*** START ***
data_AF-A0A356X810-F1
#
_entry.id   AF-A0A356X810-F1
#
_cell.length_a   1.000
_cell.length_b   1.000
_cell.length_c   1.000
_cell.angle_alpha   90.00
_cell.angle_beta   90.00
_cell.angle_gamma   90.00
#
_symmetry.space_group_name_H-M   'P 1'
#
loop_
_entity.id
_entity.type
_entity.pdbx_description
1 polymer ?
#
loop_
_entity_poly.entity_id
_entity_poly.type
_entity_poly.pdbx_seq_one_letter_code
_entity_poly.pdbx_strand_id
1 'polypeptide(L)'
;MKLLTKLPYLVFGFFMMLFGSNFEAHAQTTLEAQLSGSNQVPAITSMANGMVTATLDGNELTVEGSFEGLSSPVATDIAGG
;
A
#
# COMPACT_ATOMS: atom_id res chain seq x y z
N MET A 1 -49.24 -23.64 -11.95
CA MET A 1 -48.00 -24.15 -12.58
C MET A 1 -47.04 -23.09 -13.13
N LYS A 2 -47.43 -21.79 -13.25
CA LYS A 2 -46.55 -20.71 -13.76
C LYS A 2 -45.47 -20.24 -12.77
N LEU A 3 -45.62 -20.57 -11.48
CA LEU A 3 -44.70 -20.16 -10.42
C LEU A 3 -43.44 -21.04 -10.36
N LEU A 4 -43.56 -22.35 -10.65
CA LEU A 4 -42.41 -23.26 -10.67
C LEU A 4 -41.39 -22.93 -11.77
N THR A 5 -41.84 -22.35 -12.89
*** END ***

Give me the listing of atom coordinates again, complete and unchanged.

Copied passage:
data_AF-A0A356X810-F1
#
_entry.id   AF-A0A356X810-F1
#
_cell.length_a   1.000
_cell.length_b   1.000
_cell.length_c   1.000
_cell.angle_alpha   90.00
_cell.angle_beta   90.00
_cell.angle_gamma   90.00
#
_symmetry.space_group_name_H-M   'P 1'
#
loop_
_entity.id
_entity.type
_entity.pdbx_description
1 polymer ?
#
loop_
_entity_poly.entity_id
_entity_poly.type
_entity_poly.pdbx_seq_one_letter_code
_entity_poly.pdbx_strand_id
1 'polypeptide(L)'
;MKLLTKLPYLVFGFFMMLFGSNFEAHAQTTLEAQLSGSNQVPAITSMANGMVTATLDGNELTVEGSFEGLSSPVATDIAGG
;
A
#
# COMPACT_ATOMS: atom_id res chain seq x y z
N MET A 1 -49.24 -23.64 -11.95
CA MET A 1 -48.00 -24.15 -12.58
C MET A 1 -47.04 -23.09 -13.13
N LYS A 2 -47.43 -21.79 -13.25
CA LYS A 2 -46.55 -20.71 -13.76
C LYS A 2 -45.47 -20.24 -12.77
N LEU A 3 -45.62 -20.57 -11.48
CA LEU A 3 -44.70 -20.16 -10.42
C LEU A 3 -43.44 -21.04 -10.36
N LEU A 4 -43.56 -22.35 -10.65
CA LEU A 4 -42.41 -23.26 -10.67
C LEU A 4 -41.39 -22.93 -11.77
N THR A 5 -41.84 -22.35 -12.89